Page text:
Panel Paper: District Health Managers

Friday, April 7, 2017 : 11:25 AM
Founders Hall Room 470 (George Mason University Schar School of Policy)

*Names in bold indicate Presenter

Karishma D'Souza, Georgetown University; The World Bank and Sebastian Bauhoff, Center for Global Development
District Health Managers Perceptions of the Quality of Healthcare in Cambodia and Ways to Improve It

Authors*: Karishma D’Souza and Sebastian Bauhoff

Local health districts are a fundamental unit in most decentralized national health systems, having long been recognized as carrying tremendous potential for improved service quality and coverage (Mills et al. 1990). On one hand, such districts have direct influence over policy implementation; while on the other, through direct engagement with front line workers they are uniquely placed to ameliorate problems of performance and quality.

Understanding the District Health Management Teams (DHMTs) perceptions and thoughts on quality can:

  1. provide insights into real and perceived constraints to facilitating improvements in healthcare delivery, with the potential to suggest possible levers for policies;
  2. enable the participation of an influential, but often overlooked, cadre of agents, in providing the right responses to health care needs; and
  3. supplement existing literature that is highly focused on the challenges faced in direct service delivery.

In this paper, we study the perceptions of healthcare quality held by district-level health managers in Cambodia. While Cambodia has made significant gains in building its health system, the public system is under-used because of the poor quality of the services it provides.  In 2010, only 29% of the country’s unwell or injured patients sought care first in the public system. To asses this problem, we conducted exploratory qualitative interviews with six Operational District Directors (Cambodia’s highest-ranking health district officials). The interview instrument covered four topics: perceptions regarding quality, especially existing quality metrics and perceived opportunities for improvements in quality; perceptions on safety; perceptions on monitoring and evaluation of quality; and perceptions on the effects of incentives to improve quality. We analyzed the results using Atlas.ti software [version 8] and NVivo [version 11] qualitative data management software. The data were categorized and analyzed according to the four abovementioned topics.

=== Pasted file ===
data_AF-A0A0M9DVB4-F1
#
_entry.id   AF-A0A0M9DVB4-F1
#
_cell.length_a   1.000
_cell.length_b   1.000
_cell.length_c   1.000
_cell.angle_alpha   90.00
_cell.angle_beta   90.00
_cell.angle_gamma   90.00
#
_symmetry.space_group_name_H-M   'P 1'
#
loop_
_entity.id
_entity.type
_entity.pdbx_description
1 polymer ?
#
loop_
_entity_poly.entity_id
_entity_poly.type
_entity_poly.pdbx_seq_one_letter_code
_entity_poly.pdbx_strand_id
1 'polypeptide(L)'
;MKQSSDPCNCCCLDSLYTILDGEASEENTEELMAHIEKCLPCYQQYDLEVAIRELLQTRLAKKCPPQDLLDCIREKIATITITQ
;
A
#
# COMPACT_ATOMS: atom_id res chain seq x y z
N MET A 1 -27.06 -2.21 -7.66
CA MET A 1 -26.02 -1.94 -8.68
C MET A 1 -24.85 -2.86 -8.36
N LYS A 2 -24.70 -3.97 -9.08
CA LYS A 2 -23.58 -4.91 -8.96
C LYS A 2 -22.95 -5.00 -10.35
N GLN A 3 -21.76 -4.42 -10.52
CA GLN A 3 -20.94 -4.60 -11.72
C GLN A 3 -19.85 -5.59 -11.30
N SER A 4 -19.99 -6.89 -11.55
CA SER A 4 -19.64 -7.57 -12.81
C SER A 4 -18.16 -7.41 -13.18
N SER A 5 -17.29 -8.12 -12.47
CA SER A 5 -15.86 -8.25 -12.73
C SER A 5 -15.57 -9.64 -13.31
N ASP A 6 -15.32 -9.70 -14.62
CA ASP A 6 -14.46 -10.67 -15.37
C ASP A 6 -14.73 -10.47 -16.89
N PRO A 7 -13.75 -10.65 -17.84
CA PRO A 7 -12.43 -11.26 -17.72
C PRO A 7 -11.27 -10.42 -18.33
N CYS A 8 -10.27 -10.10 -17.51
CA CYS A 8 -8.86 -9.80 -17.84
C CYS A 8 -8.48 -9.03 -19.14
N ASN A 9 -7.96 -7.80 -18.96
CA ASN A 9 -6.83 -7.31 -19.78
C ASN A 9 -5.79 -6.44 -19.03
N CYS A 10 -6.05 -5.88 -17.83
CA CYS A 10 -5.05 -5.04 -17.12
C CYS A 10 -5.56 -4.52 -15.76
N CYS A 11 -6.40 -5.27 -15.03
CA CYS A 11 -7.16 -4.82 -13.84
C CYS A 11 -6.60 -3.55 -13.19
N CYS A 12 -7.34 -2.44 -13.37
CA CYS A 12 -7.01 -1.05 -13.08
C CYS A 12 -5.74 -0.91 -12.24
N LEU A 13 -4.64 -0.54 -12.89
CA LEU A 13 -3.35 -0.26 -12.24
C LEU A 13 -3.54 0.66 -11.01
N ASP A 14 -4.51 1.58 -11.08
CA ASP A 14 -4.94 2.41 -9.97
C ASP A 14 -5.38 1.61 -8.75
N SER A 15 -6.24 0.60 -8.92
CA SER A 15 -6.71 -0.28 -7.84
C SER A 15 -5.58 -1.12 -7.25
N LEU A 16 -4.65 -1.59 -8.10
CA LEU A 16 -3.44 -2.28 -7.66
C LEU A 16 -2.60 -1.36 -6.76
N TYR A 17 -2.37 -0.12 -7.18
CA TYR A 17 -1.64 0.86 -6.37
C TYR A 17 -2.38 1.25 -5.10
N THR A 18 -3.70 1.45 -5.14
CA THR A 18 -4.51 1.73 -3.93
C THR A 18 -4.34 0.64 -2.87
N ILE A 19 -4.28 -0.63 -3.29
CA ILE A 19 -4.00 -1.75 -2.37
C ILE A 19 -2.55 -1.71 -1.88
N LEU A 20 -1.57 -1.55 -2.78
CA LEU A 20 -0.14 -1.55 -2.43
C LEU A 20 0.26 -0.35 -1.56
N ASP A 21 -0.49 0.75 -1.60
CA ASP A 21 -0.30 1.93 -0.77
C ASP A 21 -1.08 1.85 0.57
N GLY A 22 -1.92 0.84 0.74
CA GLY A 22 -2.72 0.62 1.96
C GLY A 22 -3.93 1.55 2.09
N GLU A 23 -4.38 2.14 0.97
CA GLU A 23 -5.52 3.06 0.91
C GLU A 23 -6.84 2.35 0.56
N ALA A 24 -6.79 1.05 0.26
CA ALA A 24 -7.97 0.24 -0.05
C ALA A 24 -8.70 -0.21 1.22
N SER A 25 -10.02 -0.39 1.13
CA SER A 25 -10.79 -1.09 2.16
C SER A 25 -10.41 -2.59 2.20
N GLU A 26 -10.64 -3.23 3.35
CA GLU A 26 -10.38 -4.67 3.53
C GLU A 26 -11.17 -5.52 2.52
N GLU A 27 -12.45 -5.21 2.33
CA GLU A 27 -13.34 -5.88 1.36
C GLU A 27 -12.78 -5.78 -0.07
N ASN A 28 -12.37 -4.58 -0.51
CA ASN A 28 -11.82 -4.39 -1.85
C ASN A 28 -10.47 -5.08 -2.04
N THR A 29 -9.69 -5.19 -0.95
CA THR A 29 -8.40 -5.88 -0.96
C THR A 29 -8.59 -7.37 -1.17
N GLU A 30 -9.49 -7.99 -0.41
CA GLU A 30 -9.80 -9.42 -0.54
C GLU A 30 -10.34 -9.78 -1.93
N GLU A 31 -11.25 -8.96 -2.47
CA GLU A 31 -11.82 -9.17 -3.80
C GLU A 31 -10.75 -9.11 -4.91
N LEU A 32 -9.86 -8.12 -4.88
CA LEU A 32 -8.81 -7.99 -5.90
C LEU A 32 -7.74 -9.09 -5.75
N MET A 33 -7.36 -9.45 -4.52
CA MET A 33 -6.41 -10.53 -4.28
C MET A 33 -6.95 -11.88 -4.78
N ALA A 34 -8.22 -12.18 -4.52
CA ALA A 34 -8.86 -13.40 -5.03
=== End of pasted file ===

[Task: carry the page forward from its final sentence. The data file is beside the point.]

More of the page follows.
Our findings suggest that the top three parameters used to define quality of health care should be whether the care: is patient-centric; has proven clinical effectiveness; and is safe – i.e., minimizes risk and harm to service users. Respondents attributed the shortage of professionals in Cambodia’s public health system to budgetary constraints, and saw this shortage as a deterrent to improving the quality of services. They also called for increased effort to improve staff capacity and skills through refresher training, and viewed monitoring and supervision in favorable terms as tools to build in feedback mechanisms that lead to effective course corrections. Finally, they acknowledged that financial incentives are positive motivators, but discussed that existing incentives are inadequate to this end.

*Author Affiliations:

Karishma D’Souza – Master’s Candidate for International Development Policy, Georgetown University, and Short Term Temporary Consultant at The World Bank

Sebastian Bauhoff - Research Fellow, Center for Global Development